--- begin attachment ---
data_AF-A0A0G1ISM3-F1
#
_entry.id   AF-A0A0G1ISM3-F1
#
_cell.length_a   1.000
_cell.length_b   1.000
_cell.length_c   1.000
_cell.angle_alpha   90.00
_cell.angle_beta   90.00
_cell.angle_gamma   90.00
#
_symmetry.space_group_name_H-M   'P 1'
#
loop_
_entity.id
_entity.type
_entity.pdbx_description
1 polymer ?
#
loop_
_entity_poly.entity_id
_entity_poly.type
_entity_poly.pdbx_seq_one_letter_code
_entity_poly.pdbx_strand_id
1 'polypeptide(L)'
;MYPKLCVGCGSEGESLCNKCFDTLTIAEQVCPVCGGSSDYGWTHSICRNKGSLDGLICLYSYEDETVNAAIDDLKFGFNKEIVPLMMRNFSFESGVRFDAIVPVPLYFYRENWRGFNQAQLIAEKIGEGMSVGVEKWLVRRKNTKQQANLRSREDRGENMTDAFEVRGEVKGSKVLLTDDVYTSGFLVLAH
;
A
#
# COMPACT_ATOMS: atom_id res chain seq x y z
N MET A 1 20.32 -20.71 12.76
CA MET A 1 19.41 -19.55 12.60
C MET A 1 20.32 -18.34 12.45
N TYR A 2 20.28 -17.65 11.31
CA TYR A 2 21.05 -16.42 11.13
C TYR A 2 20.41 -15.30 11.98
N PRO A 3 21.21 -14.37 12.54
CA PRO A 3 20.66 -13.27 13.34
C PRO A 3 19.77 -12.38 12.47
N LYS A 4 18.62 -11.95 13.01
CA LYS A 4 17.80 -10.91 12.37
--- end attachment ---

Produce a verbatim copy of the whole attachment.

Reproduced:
data_AF-A0A0G1ISM3-F1
#
_entry.id   AF-A0A0G1ISM3-F1
#
_cell.length_a   1.000
_cell.length_b   1.000
_cell.length_c   1.000
_cell.angle_alpha   90.00
_cell.angle_beta   90.00
_cell.angle_gamma   90.00
#
_symmetry.space_group_name_H-M   'P 1'
#
loop_
_entity.id
_entity.type
_entity.pdbx_description
1 polymer ?
#
loop_
_entity_poly.entity_id
_entity_poly.type
_entity_poly.pdbx_seq_one_letter_code
_entity_poly.pdbx_strand_id
1 'polypeptide(L)'
;MYPKLCVGCGSEGESLCNKCFDTLTIAEQVCPVCGGSSDYGWTHSICRNKGSLDGLICLYSYEDETVNAAIDDLKFGFNKEIVPLMMRNFSFESGVRFDAIVPVPLYFYRENWRGFNQAQLIAEKIGEGMSVGVEKWLVRRKNTKQQANLRSREDRGENMTDAFEVRGEVKGSKVLLTDDVYTSGFLVLAH
;
A
#
# COMPACT_ATOMS: atom_id res chain seq x y z
N MET A 1 20.32 -20.71 12.76
CA MET A 1 19.41 -19.55 12.60
C MET A 1 20.32 -18.34 12.45
N TYR A 2 20.28 -17.65 11.31
CA TYR A 2 21.05 -16.42 11.13
C TYR A 2 20.41 -15.30 11.98
N PRO A 3 21.21 -14.37 12.54
CA PRO A 3 20.66 -13.27 13.34
C PRO A 3 19.77 -12.38 12.47
N LYS A 4 18.62 -11.95 13.01
CA LYS A 4 17.80 -10.91 12.37